But then, Moses starts to pull out ahead of the pack. The Egyptian wonder-workers just can’t duplicate the plagues of gnats, or flies, or dead livestock. When it comes time for the plague of boils, the book of Exodus gleefully informs us, Pharaoh’s magicians are afflicted with them too!
That’s the last we hear of the court magicians. After that, it’s only Moses on center stage, calling forth plagues of hail, locusts and midday darkness. And when it comes time for the most dreadful plague of all – the striking-down, in a single night, of all the firstborn sons of Egypt – there arises “a loud cry in Egypt, for there was not a house without someone dead” (Exodus 12:30). Finally, at long last, Pharaoh is convinced to let God’s people go.
As horrible and gut-wrenching as the conclusion of that story is – as bleak as the cry of desolation rising up from an entire nation of bereaved parents – there’s one thing that’s different about that plague, compared to the others. It’s personal, in ways none of the others are. Sure, the other plagues are flashy. They’re magic tricks on a grand scale, a spectacle to watch, a rare wonder.
But the sudden death of Egypt’s firstborn male children is different. It has a grim and powerful effect on each and every Egyptian household.
There’s a personal aspect to the tale of Jesus walking on the water, as well. Sure, on one level, it’s a flashy magic trick like none other. It’s absolutely, positively, one of the best-known stories of Jesus.
It’s so well-known that, several years back, there was a story out of Israel that the tourist authority had plans to build a submerged foot-bridge a few feet out into the Sea of Galilee, just inches beneath the surface of the water. For a fee, tourists would be able to walk out onto that bridge and get their pictures taken: “walking on the water,” just like Jesus. I don’t think that tourist attraction was ever built, but it does go to show that magic has a perennial fascination.
The truly endearing feature of the walking-on-the-water story, though – what some would call the true miracle – is what happens with Peter. You know how it goes: he wants to step out there and do what Jesus is doing – without a submerged bridge. Peter actually manages to take a step or two, before he realizes – like Wile E. Coyote, hanging in mid-air a few feet off the cliff-face – what a crazy thing he’s doing. He starts to sink – and it’s a good thing Jesus is right there, to offer a helping hand!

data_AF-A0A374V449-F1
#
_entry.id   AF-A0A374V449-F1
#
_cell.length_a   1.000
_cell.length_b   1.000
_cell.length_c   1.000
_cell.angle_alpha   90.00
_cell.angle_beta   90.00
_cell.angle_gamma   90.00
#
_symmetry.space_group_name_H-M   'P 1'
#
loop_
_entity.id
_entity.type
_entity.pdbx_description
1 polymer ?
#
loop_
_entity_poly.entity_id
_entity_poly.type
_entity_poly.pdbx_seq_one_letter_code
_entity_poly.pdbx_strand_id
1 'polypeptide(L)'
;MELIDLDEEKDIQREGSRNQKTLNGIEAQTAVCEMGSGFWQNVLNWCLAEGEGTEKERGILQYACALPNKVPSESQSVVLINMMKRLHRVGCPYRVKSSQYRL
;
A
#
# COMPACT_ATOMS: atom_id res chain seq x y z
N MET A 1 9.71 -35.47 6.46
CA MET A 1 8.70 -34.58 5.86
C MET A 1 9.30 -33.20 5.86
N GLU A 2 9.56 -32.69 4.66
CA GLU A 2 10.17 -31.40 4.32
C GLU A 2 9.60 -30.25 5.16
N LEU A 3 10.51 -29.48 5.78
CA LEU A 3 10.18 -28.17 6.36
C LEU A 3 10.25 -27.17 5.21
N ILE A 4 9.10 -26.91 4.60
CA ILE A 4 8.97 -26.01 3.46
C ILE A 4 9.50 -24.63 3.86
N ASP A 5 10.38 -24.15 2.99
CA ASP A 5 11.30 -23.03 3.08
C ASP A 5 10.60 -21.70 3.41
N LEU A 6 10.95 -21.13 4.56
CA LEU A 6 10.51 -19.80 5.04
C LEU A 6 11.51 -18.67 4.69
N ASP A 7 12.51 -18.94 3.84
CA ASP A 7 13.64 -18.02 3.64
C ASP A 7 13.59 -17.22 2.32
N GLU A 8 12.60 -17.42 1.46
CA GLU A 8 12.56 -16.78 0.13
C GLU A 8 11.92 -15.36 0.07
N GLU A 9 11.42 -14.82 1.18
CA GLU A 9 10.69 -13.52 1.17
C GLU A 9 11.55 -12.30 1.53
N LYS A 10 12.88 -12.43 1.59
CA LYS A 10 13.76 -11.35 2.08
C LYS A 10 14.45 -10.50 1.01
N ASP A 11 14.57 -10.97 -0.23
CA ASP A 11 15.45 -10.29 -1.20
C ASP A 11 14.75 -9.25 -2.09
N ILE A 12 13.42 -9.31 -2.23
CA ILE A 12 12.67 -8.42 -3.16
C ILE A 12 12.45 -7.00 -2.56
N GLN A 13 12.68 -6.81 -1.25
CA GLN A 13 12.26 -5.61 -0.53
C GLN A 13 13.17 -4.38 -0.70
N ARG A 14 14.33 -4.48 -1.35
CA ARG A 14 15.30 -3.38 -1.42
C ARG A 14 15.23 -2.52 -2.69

Just as the Egyptian families were powerfully and personally affected by the death of their sons, so Peter is urgently caught up in this walking-on-the-water business. For him, it’s not just a matter of looking on in fascination, at laws of nature wondrously suspended. For Peter, you could say he’s got a personal investment in the success of that enterprise.
There are some who claim the biblical age of miracles is ended. Ever since the death of the apostles, they point out, miracles of the sort we read about in scripture seem to be growing fewer and farther between. Yet, what is it that makes a miracle? Is it really just the suspension of natural law?
The biblical answer, as it happens, is “No.” The Greek word for miracle is semeion, or sign. A miracle, according to the New Testament, is literally something that points to the activity of God in the world. As Philip Yancey explains: “A sign is not the same thing as proof; a sign is merely a marker for someone who is looking in the right direction.” [Philip Yancey, The Jesus I Never Knew (Zondervan, 2002), p. 178. Have you ever gone out looking for shooting stars? There are certain times of the year – during the dates of certain recurring meteor showers – when you can see quite a lot of them in a clear night sky. The most important thing is to keep gazing in the right direction, to relax your eye muscles so that, as soon as a shooting star shows up, it will draw your eyes right to it. It takes patience, and perseverance, and trusting that, if you keep looking long enough, you will be rewarded.